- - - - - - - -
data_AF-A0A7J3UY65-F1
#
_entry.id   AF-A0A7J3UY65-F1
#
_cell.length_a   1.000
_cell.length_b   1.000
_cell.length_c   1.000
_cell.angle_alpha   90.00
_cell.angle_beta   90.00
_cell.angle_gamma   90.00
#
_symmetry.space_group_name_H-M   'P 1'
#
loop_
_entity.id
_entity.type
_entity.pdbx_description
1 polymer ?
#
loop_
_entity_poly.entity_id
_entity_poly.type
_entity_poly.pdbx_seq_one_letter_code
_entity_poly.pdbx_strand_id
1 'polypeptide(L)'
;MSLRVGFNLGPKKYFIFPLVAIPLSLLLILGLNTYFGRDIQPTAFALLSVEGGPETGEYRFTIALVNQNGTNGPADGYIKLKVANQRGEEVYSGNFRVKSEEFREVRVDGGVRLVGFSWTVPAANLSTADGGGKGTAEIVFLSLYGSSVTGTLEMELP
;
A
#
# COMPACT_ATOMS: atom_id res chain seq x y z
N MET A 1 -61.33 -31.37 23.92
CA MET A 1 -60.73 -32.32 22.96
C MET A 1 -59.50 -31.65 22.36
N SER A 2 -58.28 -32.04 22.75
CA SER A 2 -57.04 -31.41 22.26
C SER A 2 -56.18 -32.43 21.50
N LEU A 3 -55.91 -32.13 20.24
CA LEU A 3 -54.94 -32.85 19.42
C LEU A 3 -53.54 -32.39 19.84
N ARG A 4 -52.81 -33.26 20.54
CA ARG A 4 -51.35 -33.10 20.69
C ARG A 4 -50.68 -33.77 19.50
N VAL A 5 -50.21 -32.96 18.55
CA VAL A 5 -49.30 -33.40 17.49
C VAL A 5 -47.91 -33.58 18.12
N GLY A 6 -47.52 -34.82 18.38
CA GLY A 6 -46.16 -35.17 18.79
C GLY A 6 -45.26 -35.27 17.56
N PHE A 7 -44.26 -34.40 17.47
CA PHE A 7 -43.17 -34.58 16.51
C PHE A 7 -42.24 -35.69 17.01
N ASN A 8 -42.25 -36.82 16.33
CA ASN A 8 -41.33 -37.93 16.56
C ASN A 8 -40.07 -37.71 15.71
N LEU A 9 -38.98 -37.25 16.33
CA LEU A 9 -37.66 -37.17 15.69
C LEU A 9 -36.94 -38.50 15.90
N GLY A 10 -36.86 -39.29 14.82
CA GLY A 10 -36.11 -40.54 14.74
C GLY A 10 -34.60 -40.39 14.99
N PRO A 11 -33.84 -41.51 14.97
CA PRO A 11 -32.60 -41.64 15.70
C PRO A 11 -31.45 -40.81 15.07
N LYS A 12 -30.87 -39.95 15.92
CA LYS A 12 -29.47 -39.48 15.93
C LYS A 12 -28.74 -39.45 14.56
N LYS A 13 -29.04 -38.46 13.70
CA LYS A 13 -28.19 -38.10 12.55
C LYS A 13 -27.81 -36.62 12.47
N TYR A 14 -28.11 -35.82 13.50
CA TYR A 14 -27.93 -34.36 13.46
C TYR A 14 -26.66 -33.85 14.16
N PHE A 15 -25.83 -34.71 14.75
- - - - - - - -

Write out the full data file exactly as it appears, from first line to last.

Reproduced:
data_AF-A0A7J3UY65-F1
#
_entry.id   AF-A0A7J3UY65-F1
#
_cell.length_a   1.000
_cell.length_b   1.000
_cell.length_c   1.000
_cell.angle_alpha   90.00
_cell.angle_beta   90.00
_cell.angle_gamma   90.00
#
_symmetry.space_group_name_H-M   'P 1'
#
loop_
_entity.id
_entity.type
_entity.pdbx_description
1 polymer ?
#
loop_
_entity_poly.entity_id
_entity_poly.type
_entity_poly.pdbx_seq_one_letter_code
_entity_poly.pdbx_strand_id
1 'polypeptide(L)'
;MSLRVGFNLGPKKYFIFPLVAIPLSLLLILGLNTYFGRDIQPTAFALLSVEGGPETGEYRFTIALVNQNGTNGPADGYIKLKVANQRGEEVYSGNFRVKSEEFREVRVDGGVRLVGFSWTVPAANLSTADGGGKGTAEIVFLSLYGSSVTGTLEMELP
;
A
#
# COMPACT_ATOMS: atom_id res chain seq x y z
N MET A 1 -61.33 -31.37 23.92
CA MET A 1 -60.73 -32.32 22.96
C MET A 1 -59.50 -31.65 22.36
N SER A 2 -58.28 -32.04 22.75
CA SER A 2 -57.04 -31.41 22.26
C SER A 2 -56.18 -32.43 21.50
N LEU A 3 -55.91 -32.13 20.24
CA LEU A 3 -54.94 -32.85 19.42
C LEU A 3 -53.54 -32.39 19.84
N ARG A 4 -52.81 -33.26 20.54
CA ARG A 4 -51.35 -33.10 20.69
C ARG A 4 -50.68 -33.77 19.50
N VAL A 5 -50.21 -32.96 18.55
CA VAL A 5 -49.30 -33.40 17.49
C VAL A 5 -47.91 -33.58 18.12
N GLY A 6 -47.52 -34.82 18.38
CA GLY A 6 -46.16 -35.17 18.79
C GLY A 6 -45.26 -35.27 17.56
N PHE A 7 -44.26 -34.40 17.47
CA PHE A 7 -43.17 -34.58 16.51
C PHE A 7 -42.24 -35.69 17.01
N ASN A 8 -42.25 -36.82 16.33
CA ASN A 8 -41.33 -37.93 16.56
C ASN A 8 -40.07 -37.71 15.71
N LEU A 9 -38.98 -37.25 16.33
CA LEU A 9 -37.66 -37.17 15.69
C LEU A 9 -36.94 -38.50 15.90
N GLY A 10 -36.86 -39.29 14.82
CA GLY A 10 -36.11 -40.54 14.74
C GLY A 10 -34.60 -40.39 14.99
N PRO A 11 -33.84 -41.51 14.97
CA PRO A 11 -32.60 -41.64 15.70
C PRO A 11 -31.45 -40.81 15.07
N LYS A 12 -30.87 -39.95 15.92
CA LYS A 12 -29.47 -39.48 15.93
C LYS A 12 -28.74 -39.45 14.56
N LYS A 13 -29.04 -38.46 13.70
CA LYS A 13 -28.19 -38.10 12.55
C LYS A 13 -27.81 -36.62 12.47
N TYR A 14 -28.11 -35.82 13.50
CA TYR A 14 -27.93 -34.36 13.46
C TYR A 14 -26.66 -33.85 14.16
N PHE A 15 -25.83 -34.71 14.75